By Ellen Brinks
Ellen Brinks examines the Anglophone literary works of Toru Dutt, Krupabai Satthianadhan, Pandita Ramabai, Cornelia Sorabji, and Saroini Naidu, women deeply rooted in and connected to both South Asian and British cultures who found large audiences in the West and in India in their public roles as writers, reformers, activists, and cultural translators. The received narrative that British imperialism in India was perpetuated with little or no cultural contact between the colonizers and the colonized population is complicated by all five women's professional and personal lives.
Brinks’s close readings of these texts suggest new ways of reading a range of issues central to nineteenth-century transnational and postcolonial studies: the relationship of colonized women to the metropolitan (literary) culture; Indian and English women’s separate and joint engagements in reformist and nationalist struggles; the “translatability” of culture; the articulation strategies and complex negotiations of self-identification of Anglophone Indian women writers; and the significance and place of cultural difference. Informed by extensive archival research, Brinks’s close readings of their works suggest new ways of understanding late nineteenth- and early-twentieth-century English-language literary history, women's history, and the history of empire.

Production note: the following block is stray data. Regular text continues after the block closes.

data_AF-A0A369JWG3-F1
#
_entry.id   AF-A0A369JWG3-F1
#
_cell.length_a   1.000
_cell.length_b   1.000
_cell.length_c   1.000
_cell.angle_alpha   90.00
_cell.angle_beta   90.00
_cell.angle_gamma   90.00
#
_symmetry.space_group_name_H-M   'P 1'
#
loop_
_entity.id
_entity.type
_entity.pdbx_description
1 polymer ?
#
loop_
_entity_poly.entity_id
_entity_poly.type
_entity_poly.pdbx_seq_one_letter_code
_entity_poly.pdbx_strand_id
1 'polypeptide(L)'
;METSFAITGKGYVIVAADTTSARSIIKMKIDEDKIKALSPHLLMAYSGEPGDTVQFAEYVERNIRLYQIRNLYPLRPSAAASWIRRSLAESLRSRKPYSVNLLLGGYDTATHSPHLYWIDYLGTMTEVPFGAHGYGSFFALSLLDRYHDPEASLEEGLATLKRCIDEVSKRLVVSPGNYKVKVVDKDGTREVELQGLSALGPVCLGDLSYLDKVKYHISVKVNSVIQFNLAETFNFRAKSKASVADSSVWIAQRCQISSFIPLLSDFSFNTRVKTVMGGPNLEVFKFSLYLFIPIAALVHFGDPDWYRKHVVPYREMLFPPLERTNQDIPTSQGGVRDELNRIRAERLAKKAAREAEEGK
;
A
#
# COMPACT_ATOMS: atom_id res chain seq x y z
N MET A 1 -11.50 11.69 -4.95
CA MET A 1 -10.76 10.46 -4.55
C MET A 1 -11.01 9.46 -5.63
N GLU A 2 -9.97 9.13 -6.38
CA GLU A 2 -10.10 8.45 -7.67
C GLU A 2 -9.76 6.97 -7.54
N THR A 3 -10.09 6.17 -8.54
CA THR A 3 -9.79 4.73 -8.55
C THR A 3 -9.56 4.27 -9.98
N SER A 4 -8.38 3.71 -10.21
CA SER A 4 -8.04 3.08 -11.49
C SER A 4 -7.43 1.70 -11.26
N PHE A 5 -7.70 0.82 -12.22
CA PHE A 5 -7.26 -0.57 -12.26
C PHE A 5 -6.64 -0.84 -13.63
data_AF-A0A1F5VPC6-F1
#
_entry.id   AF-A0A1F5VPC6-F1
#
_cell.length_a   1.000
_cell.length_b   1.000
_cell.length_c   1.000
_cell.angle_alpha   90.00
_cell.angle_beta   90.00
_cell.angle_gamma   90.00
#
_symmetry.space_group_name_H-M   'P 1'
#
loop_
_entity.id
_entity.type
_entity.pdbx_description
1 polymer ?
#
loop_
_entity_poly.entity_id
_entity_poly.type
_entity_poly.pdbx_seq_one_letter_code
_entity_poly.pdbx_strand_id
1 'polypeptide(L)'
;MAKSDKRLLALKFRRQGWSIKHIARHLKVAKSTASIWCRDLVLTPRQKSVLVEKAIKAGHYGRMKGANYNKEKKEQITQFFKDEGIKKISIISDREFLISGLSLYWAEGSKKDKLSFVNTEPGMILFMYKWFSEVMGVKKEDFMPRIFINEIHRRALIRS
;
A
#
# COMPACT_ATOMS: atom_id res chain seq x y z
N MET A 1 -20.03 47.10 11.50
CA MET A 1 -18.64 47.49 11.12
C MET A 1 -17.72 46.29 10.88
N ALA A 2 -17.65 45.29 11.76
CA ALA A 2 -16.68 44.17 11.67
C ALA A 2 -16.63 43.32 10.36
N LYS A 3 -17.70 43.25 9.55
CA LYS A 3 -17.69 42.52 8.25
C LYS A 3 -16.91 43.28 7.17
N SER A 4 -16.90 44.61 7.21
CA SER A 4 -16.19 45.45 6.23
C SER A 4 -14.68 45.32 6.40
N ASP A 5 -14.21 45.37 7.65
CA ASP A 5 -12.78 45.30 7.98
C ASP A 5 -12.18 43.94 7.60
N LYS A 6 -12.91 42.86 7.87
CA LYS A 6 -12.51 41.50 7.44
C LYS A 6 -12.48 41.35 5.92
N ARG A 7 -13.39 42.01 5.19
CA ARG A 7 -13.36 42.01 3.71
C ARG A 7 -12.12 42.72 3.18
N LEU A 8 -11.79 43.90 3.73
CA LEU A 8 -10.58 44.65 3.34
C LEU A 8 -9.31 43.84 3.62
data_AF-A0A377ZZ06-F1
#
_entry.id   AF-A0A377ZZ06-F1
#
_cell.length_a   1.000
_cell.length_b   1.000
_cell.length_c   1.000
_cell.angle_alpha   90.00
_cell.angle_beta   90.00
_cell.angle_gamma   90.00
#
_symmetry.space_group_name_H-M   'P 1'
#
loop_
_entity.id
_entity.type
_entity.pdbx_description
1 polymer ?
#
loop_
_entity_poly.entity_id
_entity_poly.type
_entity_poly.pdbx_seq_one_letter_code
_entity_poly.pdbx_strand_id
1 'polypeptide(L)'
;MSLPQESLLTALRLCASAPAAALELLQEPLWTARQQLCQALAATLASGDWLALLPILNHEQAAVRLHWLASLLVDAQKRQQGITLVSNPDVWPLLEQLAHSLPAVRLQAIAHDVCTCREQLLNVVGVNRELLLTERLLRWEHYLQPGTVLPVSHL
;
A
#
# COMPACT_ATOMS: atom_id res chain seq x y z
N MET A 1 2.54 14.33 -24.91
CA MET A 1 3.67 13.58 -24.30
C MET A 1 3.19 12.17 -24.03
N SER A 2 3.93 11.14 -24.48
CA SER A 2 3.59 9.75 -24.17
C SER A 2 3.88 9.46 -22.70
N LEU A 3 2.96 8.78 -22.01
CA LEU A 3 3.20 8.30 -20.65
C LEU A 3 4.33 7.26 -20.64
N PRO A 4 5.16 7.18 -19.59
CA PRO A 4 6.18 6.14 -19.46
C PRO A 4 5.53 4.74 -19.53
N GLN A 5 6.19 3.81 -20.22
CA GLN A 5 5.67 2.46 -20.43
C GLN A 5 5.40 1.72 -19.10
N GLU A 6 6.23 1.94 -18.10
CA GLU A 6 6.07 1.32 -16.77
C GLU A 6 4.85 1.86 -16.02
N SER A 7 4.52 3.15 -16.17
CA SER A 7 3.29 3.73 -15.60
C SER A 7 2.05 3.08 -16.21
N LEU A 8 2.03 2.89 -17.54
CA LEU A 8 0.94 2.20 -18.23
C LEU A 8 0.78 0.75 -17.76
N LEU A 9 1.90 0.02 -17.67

Available through Ashgate